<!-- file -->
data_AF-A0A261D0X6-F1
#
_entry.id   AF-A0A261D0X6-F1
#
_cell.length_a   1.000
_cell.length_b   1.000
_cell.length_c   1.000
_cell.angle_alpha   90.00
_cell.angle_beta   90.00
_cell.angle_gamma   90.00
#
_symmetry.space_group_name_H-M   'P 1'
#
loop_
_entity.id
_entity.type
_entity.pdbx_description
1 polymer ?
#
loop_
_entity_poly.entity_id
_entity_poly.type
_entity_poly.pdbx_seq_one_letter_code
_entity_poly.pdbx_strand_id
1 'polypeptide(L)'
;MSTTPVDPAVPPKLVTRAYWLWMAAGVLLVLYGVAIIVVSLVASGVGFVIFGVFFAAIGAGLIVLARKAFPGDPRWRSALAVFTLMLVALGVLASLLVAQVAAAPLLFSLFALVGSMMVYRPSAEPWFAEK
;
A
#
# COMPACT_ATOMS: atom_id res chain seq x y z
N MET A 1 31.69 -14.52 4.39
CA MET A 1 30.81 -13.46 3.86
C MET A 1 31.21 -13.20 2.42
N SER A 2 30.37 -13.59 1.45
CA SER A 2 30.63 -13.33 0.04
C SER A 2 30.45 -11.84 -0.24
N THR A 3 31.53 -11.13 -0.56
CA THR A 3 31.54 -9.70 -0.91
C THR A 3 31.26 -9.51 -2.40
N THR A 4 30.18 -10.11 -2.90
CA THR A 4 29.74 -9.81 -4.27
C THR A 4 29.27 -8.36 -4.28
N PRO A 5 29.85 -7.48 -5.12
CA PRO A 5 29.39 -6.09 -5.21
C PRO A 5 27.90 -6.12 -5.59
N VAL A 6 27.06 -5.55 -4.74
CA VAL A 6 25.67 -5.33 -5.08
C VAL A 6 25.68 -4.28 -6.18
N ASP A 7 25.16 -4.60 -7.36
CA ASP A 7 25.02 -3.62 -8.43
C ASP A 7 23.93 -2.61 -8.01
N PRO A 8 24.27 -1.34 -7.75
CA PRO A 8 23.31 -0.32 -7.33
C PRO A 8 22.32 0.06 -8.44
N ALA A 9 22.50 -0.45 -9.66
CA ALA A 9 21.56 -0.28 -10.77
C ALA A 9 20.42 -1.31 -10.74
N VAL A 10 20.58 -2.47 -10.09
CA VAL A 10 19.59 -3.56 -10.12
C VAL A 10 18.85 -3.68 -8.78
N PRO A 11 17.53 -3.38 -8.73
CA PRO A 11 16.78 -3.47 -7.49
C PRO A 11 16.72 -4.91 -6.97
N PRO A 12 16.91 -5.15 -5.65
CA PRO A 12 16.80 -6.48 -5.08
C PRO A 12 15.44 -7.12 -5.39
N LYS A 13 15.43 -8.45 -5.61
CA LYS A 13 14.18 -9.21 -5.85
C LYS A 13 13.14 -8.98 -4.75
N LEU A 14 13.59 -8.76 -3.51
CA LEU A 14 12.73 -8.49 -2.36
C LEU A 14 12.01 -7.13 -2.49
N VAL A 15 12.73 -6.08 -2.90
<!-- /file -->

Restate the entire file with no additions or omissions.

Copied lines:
data_AF-A0A261D0X6-F1
#
_entry.id   AF-A0A261D0X6-F1
#
_cell.length_a   1.000
_cell.length_b   1.000
_cell.length_c   1.000
_cell.angle_alpha   90.00
_cell.angle_beta   90.00
_cell.angle_gamma   90.00
#
_symmetry.space_group_name_H-M   'P 1'
#
loop_
_entity.id
_entity.type
_entity.pdbx_description
1 polymer ?
#
loop_
_entity_poly.entity_id
_entity_poly.type
_entity_poly.pdbx_seq_one_letter_code
_entity_poly.pdbx_strand_id
1 'polypeptide(L)'
;MSTTPVDPAVPPKLVTRAYWLWMAAGVLLVLYGVAIIVVSLVASGVGFVIFGVFFAAIGAGLIVLARKAFPGDPRWRSALAVFTLMLVALGVLASLLVAQVAAAPLLFSLFALVGSMMVYRPSAEPWFAEK
;
A
#
# COMPACT_ATOMS: atom_id res chain seq x y z
N MET A 1 31.69 -14.52 4.39
CA MET A 1 30.81 -13.46 3.86
C MET A 1 31.21 -13.20 2.42
N SER A 2 30.37 -13.59 1.45
CA SER A 2 30.63 -13.33 0.04
C SER A 2 30.45 -11.84 -0.24
N THR A 3 31.53 -11.13 -0.56
CA THR A 3 31.54 -9.70 -0.91
C THR A 3 31.26 -9.51 -2.40
N THR A 4 30.18 -10.11 -2.90
CA THR A 4 29.74 -9.81 -4.27
C THR A 4 29.27 -8.36 -4.28
N PRO A 5 29.85 -7.48 -5.12
CA PRO A 5 29.39 -6.09 -5.21
C PRO A 5 27.90 -6.12 -5.59
N VAL A 6 27.06 -5.55 -4.74
CA VAL A 6 25.67 -5.33 -5.08
C VAL A 6 25.68 -4.28 -6.18
N ASP A 7 25.16 -4.60 -7.36
CA ASP A 7 25.02 -3.62 -8.43
C ASP A 7 23.93 -2.61 -8.01
N PRO A 8 24.27 -1.34 -7.75
CA PRO A 8 23.31 -0.32 -7.33
C PRO A 8 22.32 0.06 -8.44
N ALA A 9 22.50 -0.45 -9.66
CA ALA A 9 21.56 -0.28 -10.77
C ALA A 9 20.42 -1.31 -10.74
N VAL A 10 20.58 -2.47 -10.09
CA VAL A 10 19.59 -3.56 -10.12
C VAL A 10 18.85 -3.68 -8.78
N PRO A 11 17.53 -3.38 -8.73
CA PRO A 11 16.78 -3.47 -7.49
C PRO A 11 16.72 -4.91 -6.97
N PRO A 12 16.91 -5.15 -5.65
CA PRO A 12 16.80 -6.48 -5.08
C PRO A 12 15.44 -7.12 -5.39
N LYS A 13 15.43 -8.45 -5.61
CA LYS A 13 14.18 -9.21 -5.85
C LYS A 13 13.14 -8.98 -4.75
N LEU A 14 13.59 -8.76 -3.51
CA LEU A 14 12.73 -8.49 -2.36
C LEU A 14 12.01 -7.13 -2.49
N VAL A 15 12.73 -6.08 -2.90